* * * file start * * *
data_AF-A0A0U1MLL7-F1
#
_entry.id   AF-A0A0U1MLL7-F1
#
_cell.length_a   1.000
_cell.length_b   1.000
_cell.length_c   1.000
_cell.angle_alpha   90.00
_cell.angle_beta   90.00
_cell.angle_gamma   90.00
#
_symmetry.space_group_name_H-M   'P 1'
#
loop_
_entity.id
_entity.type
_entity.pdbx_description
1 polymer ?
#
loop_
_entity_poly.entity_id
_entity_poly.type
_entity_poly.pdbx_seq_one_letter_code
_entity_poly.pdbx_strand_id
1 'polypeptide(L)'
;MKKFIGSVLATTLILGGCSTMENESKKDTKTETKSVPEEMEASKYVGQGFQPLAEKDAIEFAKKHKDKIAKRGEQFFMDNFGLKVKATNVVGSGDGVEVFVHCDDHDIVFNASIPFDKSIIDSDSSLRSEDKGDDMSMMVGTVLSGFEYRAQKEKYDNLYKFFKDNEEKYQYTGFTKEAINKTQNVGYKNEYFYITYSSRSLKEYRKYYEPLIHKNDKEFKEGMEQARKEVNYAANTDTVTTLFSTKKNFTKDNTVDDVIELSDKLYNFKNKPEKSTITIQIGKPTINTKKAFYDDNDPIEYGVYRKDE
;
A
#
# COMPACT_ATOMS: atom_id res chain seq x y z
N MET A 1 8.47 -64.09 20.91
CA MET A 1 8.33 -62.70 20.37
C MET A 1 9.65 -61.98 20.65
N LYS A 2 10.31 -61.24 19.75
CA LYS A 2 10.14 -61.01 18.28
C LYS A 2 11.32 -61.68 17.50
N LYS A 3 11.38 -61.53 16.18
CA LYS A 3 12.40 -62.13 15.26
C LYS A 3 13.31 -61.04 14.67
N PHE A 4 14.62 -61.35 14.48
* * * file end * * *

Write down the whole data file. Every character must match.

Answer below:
data_AF-A0A0U1MLL7-F1
#
_entry.id   AF-A0A0U1MLL7-F1
#
_cell.length_a   1.000
_cell.length_b   1.000
_cell.length_c   1.000
_cell.angle_alpha   90.00
_cell.angle_beta   90.00
_cell.angle_gamma   90.00
#
_symmetry.space_group_name_H-M   'P 1'
#
loop_
_entity.id
_entity.type
_entity.pdbx_description
1 polymer ?
#
loop_
_entity_poly.entity_id
_entity_poly.type
_entity_poly.pdbx_seq_one_letter_code
_entity_poly.pdbx_strand_id
1 'polypeptide(L)'
;MKKFIGSVLATTLILGGCSTMENESKKDTKTETKSVPEEMEASKYVGQGFQPLAEKDAIEFAKKHKDKIAKRGEQFFMDNFGLKVKATNVVGSGDGVEVFVHCDDHDIVFNASIPFDKSIIDSDSSLRSEDKGDDMSMMVGTVLSGFEYRAQKEKYDNLYKFFKDNEEKYQYTGFTKEAINKTQNVGYKNEYFYITYSSRSLKEYRKYYEPLIHKNDKEFKEGMEQARKEVNYAANTDTVTTLFSTKKNFTKDNTVDDVIELSDKLYNFKNKPEKSTITIQIGKPTINTKKAFYDDNDPIEYGVYRKDE
;
A
#
# COMPACT_ATOMS: atom_id res chain seq x y z
N MET A 1 8.47 -64.09 20.91
CA MET A 1 8.33 -62.70 20.37
C MET A 1 9.65 -61.98 20.65
N LYS A 2 10.31 -61.24 19.75
CA LYS A 2 10.14 -61.01 18.28
C LYS A 2 11.32 -61.68 17.50
N LYS A 3 11.38 -61.53 16.18
CA LYS A 3 12.40 -62.13 15.26
C LYS A 3 13.31 -61.04 14.67
N PHE A 4 14.62 -61.35 14.48